One of the web’s most influential browsers has roots that date back to its earliest days, and an evolution that has transformed it several times over.
The rich history of Mozilla and Firefox is one that I imagine I’ll be coming back to from time to time. There’s a lot to cover. For me, the most intriguing way to take a look through Mozilla’s history is to track each time its name has changed. There have been more than a few. In fact, taking a look at these moments takes us on a parallel path through the history of the web itself.
If you want to understand where Mozilla Firefox came from, you have to go back to just about the time the web was starting up. The most popular of the early browsers was NCSA Mosaic. It introduced breakthrough features like the
img tag and inline multimedia, and was available on just about any operating system out there. It eclipsed the competition.
Marc Andresson, a founder of the project, and Jim Clark, founder of Silicon Graphics, had other ideas for Mosaic. They wanted to test it’s commercial and enterprise possibilities and push the browser even further. In 1994, about a year after the initial release of Mosaic, they staged a coup of sorts. They left the company to start their own, taking a few top programmers from NCSA along with them.
They called this new company Netscape.
Netscape’s browser was a complete rewrite of Mosaic. This wasn’t just for the sake of improving the browser. The newly formed company didn’t have a right to any of the code that their programmers wrote when they were at NCSA. They had to reimagine everything, from the ground-up. In the end, not a single line of code from Mosaic remained.
The first release of the browser was called Netscape Mosaic, hoping to capitalize on existing users. This name wouldn’t last long. For legal reasons, Mosaic was renamed to Netscape Navigator while still in beta.
Andresson made it clear to his team that Netscape’s new browser had to be a “Mosaic Killer”. Jamie Zawkinski, a programmer that came with Andresson from NCSA, suggested a nickname in a staff meeting. He had smashed “Mosaic” and “killer” together, mixed in Godzilla for good measure, and there it was: Mozilla. After that, Mozilla became the de facto name for the source code of the Netscape browser whenever it was referred to internally.
In a short time, Netscape grew to three quarters of the market. Exponential growth would be an understatement. By the the mid-90s, however, it was pitted against Internet Explorer in the now infamous Browser Wars. As the browsers popularity took a hit, Netscape shifted focus to more commercial endeavors.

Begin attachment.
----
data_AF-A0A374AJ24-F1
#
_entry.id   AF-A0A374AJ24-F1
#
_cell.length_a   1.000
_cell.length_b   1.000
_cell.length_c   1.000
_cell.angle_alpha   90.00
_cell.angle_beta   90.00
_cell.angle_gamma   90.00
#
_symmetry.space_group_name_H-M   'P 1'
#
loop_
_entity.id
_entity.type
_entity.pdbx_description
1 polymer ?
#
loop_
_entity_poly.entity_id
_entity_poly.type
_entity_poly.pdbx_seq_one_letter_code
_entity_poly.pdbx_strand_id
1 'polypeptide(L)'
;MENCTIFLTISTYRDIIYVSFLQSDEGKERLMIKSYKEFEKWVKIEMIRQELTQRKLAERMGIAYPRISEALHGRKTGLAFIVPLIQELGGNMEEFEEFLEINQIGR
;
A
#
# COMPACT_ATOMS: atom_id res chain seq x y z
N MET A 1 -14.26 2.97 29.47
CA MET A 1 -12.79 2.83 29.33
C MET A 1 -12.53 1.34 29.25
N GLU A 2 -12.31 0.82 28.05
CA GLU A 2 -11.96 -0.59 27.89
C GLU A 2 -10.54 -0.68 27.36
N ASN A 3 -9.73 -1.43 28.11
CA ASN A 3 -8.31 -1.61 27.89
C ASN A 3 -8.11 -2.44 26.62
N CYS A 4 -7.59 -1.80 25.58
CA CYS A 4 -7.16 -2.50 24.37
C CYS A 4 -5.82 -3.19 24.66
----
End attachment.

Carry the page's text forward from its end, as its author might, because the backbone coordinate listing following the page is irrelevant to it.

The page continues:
Around that time, a whitepaper written by Frank Hecker began circulating throughout Netscape. It suggested open sourcing their browser, in honor of the free software movement, to recruit help from a community of programmers. Development on Netscape Navigator had all but completely languished, and Hecker hoped to inject some vitality back into the project.
Much to many people’s surprise, the higher ups got on board. In February of 1998, Netscape announced that the Netscape Navigator codebase would now be open source. As a wink to the browsers internal codename, they named the organization running the show the Mozilla organization. And Navigator became a part of the Mozilla Application suite.
The Mozilla organization decided almost right away that a complete rewrite would once again be necessary, this time using a new layout engine called Gecko. They had a beta out quick, in December of 1998.
Then nothing happened. For almost 4 years.
Of course, the browser received incremental updates. But it wasn’t until the end of 2002 that the rewritten version of Mozilla was ready for primetime. The team called it Mozilla Phoenix, seeing as how this new version was rising from the ashes of an all but dead browser. The rewrite finally made the browser a standalone app, casting off the suite of tools it used to come bundled with, like extensions for IRC and email. It was faster, leaner and incorporated all the latest web standards.
In the meantime, AOL bought Netscape. The focus of the company moved even further away from the new Phoenix project. To ensure that the project could continue even without Netscape, the Mozilla Organization split of from it’s parent company and became a wholly independent non-profit. It was renamed the Mozilla Foundation.
Phoenix was lauded by critics and users alike. But the browser’s naming curse continued. A BIOS-based browser was also called Phoenix, and Mozilla was not able to secure a trademark. It was renamed to Mozilla Firebird, the hidden meaning still intact. But the well established Firebird database server took issue with that. It was back to the drawing board on that one.
Finally, on November 9, 2004, Mozilla Firefox 1.0 was released. It was a monumental effort; a champion of the free software movement and a powerful, open browser. It also represented a legacy that spanned six separate name changes, three different companies, and two ground-up rewrites in its 10 year history.
Mozilla’s constant would always be the people that worked on it. As the browser moved around, programmers followed it, from company to company. And when it was handed to the community, they embraced it. Mozilla’s codebase might look entirely different then Mosaic, but its spirit is surprisingly unshaken.